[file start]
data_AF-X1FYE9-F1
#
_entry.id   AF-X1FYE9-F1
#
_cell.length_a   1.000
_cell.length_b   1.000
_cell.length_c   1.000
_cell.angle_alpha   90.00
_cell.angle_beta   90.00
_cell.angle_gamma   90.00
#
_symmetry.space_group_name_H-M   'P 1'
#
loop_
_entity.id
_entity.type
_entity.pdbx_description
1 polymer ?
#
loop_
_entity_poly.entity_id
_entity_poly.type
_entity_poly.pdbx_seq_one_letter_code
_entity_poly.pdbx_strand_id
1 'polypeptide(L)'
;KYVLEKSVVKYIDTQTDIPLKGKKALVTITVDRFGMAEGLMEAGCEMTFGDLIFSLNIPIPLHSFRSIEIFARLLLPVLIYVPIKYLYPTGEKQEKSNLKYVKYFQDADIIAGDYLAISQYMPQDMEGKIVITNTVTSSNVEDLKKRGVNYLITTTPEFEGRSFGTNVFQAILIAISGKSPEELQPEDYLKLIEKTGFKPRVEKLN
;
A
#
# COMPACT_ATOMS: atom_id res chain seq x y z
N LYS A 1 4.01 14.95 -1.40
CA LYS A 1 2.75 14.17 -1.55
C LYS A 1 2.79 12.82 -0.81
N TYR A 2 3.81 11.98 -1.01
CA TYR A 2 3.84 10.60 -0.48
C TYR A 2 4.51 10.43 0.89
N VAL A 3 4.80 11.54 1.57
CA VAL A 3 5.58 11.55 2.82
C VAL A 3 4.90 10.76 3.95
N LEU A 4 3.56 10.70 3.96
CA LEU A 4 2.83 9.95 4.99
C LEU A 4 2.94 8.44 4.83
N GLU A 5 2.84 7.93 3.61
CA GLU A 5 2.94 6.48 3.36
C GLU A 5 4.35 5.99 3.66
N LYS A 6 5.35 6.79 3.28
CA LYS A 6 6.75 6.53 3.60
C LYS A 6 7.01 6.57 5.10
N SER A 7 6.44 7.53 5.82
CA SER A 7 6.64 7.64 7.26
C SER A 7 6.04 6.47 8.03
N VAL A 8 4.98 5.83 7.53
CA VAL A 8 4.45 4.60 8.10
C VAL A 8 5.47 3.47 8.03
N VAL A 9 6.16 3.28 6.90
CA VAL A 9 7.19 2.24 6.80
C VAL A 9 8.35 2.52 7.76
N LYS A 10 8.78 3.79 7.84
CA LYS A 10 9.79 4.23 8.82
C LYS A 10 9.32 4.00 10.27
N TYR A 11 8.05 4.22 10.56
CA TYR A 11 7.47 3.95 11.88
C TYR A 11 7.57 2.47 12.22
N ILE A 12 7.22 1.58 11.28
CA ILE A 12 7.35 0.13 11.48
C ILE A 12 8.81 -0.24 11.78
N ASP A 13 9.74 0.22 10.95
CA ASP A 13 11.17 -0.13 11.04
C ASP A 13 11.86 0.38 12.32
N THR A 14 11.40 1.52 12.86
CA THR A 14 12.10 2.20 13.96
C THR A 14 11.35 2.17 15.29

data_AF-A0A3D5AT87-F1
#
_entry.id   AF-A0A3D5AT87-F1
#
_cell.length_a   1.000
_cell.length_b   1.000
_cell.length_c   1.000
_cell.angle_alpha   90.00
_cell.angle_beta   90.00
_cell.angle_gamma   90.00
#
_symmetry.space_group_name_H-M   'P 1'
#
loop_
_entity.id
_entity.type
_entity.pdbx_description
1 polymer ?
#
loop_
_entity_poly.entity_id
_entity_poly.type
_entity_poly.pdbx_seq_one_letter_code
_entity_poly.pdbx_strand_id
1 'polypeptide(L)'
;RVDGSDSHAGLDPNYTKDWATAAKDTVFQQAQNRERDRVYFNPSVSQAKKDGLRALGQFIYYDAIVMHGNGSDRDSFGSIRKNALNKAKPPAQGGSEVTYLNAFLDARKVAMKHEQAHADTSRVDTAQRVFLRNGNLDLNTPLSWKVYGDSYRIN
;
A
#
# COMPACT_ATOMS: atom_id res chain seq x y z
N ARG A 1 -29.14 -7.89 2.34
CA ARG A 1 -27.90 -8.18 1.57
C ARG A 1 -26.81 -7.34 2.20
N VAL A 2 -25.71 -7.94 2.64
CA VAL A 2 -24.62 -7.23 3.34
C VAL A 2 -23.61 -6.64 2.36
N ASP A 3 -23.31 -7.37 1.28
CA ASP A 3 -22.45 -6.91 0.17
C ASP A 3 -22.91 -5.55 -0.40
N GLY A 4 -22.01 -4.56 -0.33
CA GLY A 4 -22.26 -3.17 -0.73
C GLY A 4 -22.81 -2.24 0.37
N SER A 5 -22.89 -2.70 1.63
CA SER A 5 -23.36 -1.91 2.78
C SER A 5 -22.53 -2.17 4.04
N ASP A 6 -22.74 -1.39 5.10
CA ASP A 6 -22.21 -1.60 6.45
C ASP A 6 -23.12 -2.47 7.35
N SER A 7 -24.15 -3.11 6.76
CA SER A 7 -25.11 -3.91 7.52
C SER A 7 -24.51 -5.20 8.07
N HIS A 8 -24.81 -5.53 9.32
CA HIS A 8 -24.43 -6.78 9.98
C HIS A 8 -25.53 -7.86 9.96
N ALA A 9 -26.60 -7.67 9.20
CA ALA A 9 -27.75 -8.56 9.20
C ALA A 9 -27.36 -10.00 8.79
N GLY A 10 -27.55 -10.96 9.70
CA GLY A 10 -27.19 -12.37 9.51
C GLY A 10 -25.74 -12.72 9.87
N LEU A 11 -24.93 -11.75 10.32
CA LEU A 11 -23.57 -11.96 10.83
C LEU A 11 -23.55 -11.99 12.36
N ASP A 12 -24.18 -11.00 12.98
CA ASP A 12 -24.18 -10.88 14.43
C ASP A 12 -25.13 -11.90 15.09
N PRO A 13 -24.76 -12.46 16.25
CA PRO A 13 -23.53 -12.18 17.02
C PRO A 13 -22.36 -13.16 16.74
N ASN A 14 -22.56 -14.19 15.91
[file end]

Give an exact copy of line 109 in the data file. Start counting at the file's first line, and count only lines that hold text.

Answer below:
N ASP A 3 -23.31 -7.37 1.28